Let’s face it. Nintendo horribly screwed up the Wii U‘s launch and promotion. The name caused confusion. Nintendo didn’t clarify that the Wii U wasn’t an add-on for the Wii until a year after release. The marketing was almost nonexistent and misdirected from the beginning. They’ve tried to court the core gamers. But they’ve alienated third party developers in the process. Compelling software was delayed heavily.
Things aren’t looking good. It’s reminiscent of Sega toward the end of their life as a hardware developer. Here are some changes that could get them back on track:
1. Proper marketing: It took Nintendo a year to have ads showing the console. It took Nintendo two and a half years since the announcement to explain that it’s not an add-on. There are people who didn’t buy the console because they didn’t know what it was.
2. Show off the console more. Nintendo has gotten better, but there’s room for improvement. Nintendo went from spending too little to get the Wii U into the public eye to ineffectively spending too much. With Sony and the PS4, the console-specific ads are showing what makes PlayStation “the best place to play” or the place where “greatness awaits.” It’s the same thing with Microsoft and the Xbox One, at least once Microsoft found a message describing the “all-in-one box” and why you’d want one.That’s what Nintendo’s marketing has been missing.
3. Don’t replace, just revise: The Wii U isn’t bad, but it could be so much better. Even upgrading the internal hard drive would make the Wii U better.
Sure, there are the external hard drives, which is helpful. But, what happens if something goes wrong with the ports that you plug the external hard drive in. You lose access to your progress on the external drive until you get the console either repaired or replaced. Also, consider downloaded games that require a lot of storage space, for example, Lego City Undercover. If you download games and something goes wrong with the ports, you lose access to your games. The upgrade might either slow down price drops or increase the price of the Wii U. However, with the right upgrades, it could find its space in the market.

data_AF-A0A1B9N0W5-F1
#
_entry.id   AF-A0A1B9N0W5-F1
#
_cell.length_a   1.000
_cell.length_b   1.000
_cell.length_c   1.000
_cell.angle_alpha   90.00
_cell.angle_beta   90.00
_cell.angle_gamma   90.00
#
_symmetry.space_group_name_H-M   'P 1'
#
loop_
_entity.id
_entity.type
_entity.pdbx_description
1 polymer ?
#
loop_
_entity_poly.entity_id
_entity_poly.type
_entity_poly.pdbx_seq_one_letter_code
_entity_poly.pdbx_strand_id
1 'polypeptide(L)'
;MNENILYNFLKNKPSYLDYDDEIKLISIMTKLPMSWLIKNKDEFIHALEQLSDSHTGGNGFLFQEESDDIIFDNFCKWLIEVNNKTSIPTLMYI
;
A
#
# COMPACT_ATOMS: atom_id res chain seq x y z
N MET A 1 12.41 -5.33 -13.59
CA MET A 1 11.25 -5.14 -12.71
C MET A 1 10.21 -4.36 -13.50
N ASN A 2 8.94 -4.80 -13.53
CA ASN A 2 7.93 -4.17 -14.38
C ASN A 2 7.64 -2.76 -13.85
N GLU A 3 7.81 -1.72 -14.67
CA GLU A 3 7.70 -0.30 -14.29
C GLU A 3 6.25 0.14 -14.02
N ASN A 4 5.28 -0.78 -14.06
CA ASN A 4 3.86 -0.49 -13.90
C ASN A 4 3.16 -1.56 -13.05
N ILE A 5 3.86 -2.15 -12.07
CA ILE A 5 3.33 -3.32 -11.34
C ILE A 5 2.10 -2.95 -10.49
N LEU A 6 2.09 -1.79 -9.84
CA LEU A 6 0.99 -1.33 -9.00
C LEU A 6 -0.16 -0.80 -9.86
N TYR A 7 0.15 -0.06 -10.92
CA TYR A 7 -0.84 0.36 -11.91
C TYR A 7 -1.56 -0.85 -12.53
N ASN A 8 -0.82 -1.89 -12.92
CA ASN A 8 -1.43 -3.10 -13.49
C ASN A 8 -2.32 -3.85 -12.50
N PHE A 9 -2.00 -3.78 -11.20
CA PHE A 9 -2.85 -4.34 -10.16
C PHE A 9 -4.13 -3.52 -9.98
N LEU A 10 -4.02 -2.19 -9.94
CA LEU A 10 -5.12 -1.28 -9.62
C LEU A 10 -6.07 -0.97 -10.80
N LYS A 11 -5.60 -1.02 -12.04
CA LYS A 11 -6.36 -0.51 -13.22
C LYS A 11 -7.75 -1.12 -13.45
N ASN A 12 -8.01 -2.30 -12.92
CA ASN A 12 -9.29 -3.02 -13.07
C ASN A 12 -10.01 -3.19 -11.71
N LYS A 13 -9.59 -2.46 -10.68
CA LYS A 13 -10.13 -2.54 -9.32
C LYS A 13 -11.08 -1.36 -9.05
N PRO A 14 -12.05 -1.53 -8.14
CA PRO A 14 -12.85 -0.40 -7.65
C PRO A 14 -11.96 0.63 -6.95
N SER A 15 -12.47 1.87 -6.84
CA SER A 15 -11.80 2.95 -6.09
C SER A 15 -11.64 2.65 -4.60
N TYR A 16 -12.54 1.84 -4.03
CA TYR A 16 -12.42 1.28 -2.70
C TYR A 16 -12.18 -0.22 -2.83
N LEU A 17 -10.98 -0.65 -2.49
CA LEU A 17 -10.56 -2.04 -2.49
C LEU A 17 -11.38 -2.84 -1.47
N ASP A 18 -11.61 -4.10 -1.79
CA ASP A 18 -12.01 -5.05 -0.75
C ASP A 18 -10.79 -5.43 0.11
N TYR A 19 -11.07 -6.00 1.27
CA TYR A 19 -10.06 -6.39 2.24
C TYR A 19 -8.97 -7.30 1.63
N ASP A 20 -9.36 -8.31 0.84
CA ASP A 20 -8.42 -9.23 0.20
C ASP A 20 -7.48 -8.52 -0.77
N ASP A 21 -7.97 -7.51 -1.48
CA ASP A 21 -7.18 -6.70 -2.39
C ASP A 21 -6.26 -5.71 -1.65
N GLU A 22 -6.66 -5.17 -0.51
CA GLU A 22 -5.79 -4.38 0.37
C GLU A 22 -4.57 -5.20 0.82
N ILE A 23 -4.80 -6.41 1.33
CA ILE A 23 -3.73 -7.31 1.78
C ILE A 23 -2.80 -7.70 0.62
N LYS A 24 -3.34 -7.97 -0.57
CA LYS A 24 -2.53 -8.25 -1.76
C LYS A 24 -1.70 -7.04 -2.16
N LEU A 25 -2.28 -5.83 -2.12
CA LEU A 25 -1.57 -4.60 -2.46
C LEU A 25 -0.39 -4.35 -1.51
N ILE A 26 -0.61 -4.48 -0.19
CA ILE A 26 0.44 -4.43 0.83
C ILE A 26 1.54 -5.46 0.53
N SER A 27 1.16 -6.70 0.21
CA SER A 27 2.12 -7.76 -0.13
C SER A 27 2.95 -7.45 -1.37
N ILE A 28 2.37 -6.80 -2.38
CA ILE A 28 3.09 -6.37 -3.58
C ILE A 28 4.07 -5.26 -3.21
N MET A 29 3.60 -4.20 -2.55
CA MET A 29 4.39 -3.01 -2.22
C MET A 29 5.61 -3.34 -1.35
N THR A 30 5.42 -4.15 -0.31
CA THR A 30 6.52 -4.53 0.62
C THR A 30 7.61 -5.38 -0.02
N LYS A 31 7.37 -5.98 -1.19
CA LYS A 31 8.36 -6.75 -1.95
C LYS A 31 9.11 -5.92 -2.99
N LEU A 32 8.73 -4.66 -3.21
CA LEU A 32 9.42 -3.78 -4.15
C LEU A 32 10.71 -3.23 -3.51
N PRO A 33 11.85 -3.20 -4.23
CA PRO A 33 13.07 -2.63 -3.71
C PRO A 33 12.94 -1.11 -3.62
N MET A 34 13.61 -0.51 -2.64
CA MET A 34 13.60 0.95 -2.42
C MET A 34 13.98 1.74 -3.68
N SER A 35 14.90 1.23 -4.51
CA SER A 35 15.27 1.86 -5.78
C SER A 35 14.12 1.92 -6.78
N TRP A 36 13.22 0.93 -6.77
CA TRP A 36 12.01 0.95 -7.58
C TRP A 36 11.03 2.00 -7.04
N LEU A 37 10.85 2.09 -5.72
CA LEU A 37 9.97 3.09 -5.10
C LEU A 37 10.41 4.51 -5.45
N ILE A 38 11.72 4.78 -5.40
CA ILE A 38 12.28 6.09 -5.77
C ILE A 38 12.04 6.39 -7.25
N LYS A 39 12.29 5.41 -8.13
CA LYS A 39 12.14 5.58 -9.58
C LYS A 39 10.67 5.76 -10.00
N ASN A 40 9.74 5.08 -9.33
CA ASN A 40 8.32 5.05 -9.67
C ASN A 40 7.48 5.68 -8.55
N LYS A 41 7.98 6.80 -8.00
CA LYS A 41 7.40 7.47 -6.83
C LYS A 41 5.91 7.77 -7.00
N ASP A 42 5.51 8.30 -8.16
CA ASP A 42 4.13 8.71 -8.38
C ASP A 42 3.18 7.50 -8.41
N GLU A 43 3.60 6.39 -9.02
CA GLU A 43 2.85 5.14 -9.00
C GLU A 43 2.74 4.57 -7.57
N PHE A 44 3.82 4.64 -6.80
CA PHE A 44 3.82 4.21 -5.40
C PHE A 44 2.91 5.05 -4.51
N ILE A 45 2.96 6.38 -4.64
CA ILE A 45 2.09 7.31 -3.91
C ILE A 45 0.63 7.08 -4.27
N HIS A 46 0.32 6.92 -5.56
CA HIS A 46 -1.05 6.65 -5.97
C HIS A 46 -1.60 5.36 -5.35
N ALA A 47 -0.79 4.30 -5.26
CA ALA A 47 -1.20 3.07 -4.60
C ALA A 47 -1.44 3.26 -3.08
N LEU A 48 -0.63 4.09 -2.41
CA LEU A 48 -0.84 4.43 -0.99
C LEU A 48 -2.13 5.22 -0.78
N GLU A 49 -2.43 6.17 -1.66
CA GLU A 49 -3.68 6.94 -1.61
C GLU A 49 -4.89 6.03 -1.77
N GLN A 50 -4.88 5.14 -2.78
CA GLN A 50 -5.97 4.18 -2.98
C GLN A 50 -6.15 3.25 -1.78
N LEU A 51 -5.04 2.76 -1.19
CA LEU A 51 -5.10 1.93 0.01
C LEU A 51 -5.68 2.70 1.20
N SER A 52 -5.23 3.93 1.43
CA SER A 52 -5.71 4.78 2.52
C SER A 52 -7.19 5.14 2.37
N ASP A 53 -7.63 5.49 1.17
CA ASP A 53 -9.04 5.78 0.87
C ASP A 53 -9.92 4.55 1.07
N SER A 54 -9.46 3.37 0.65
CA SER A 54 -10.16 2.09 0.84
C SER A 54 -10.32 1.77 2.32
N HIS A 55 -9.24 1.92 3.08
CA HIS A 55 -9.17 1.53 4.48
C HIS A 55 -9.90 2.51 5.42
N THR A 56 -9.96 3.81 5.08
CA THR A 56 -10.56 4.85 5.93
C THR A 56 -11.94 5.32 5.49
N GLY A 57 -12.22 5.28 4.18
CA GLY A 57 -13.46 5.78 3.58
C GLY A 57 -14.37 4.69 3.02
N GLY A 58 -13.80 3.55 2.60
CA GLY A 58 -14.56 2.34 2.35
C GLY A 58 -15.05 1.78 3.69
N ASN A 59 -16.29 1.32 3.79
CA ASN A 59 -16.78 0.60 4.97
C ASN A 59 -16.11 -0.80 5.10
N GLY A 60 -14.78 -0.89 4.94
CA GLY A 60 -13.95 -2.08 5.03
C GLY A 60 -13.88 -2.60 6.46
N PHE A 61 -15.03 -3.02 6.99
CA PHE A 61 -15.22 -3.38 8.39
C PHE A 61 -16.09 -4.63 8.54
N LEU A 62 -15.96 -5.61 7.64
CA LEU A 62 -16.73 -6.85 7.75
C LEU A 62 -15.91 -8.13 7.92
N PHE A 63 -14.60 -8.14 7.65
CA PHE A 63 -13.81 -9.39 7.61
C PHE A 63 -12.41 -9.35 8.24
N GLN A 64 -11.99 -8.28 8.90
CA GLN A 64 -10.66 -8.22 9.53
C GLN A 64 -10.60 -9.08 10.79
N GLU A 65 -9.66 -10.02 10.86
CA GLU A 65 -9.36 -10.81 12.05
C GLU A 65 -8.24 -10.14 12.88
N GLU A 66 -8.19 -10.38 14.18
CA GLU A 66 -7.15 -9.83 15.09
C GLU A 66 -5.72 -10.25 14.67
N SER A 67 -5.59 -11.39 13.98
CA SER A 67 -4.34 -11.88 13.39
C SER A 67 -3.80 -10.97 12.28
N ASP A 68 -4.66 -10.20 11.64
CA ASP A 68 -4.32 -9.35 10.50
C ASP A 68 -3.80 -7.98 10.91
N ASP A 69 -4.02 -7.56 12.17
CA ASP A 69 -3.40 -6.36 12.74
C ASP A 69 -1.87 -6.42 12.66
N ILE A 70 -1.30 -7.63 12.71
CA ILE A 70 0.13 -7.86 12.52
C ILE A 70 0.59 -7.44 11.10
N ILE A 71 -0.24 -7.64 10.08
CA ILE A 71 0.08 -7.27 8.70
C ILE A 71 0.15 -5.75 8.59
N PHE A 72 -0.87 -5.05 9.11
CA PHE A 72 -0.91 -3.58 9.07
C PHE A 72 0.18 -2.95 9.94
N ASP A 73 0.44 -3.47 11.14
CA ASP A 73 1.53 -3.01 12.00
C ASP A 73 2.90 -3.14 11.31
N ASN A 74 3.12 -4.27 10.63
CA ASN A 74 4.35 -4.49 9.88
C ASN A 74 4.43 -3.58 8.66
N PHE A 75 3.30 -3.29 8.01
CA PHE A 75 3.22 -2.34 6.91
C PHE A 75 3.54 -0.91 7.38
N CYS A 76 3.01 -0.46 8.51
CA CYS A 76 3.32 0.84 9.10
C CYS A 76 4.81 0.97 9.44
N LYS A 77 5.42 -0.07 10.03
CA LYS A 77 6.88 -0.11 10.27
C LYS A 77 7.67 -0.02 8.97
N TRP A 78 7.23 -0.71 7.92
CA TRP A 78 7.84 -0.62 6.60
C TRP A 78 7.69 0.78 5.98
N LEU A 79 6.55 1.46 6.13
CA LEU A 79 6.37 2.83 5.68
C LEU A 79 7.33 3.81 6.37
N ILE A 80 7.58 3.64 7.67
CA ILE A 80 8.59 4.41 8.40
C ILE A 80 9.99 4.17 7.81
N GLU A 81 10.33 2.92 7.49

4.Talk to third party developers and publishers: The justification for this is simple. It would help find out what is necessary to get more third party developers on board. Nintendo said it was trying to court both the casual gamers and the core gamers at the same time. To do that, you can’t alienate the third parties.
Nintendo has exclusive IPs that appeal to casual and core gamers, like the Mario, Zelda, and Metroid franchises. However, the majority of its IPs don’t appeal to the core gamers. It’s not a bad thing, but Nintendo is trying to appeal to the core gamers . The third parties are absolutely necessary for this. There is also another issue that talking to the third parties could address. Though Nintendo has improved with the software delays lately, the Wii U has struggled partially because of the delays and a fairly light library.
Talking to third parties could help Nintendo figure out how to limit the delays of its own games. After all, third parties have complained about the difficulty of developing for the Wii U. The Wii U could get a lot more quality software out to the market just by communicating better.
5. Fix the gamepad: Some gamepads have issues with wirelessly connecting to the console. It seems limited to the ones modeled after a tablet, the console’s second screen. According to one of Gamertell’s own, repairs for the GamePad are actually higher than console repairs. Personally, I’d recall the GamePads to investigate what is wrong with them and to make them better than they are. Sure, a recall would cost a lot of money. However, the long term gains in revenue and public trust should be significant enough outweigh the immediate costs. High quality customer service and product only increases the possible marketshare.
6. Throw out region locking: I can understand attempts to limit piracy, but I don’t understand attempts to limit audience. And region locking does just that. It limits the potential audience. Games, much like any art form, have a defined demographic that it’s appealing to. However, in a global economic system where the audience is potentially everywhere, it makes no sense to region lock. It makes no sense if you can’t play a Japanese game in America unless you get a Japanese console.
This console race isn’t over. Nintendo can be a force again with a few smart moves.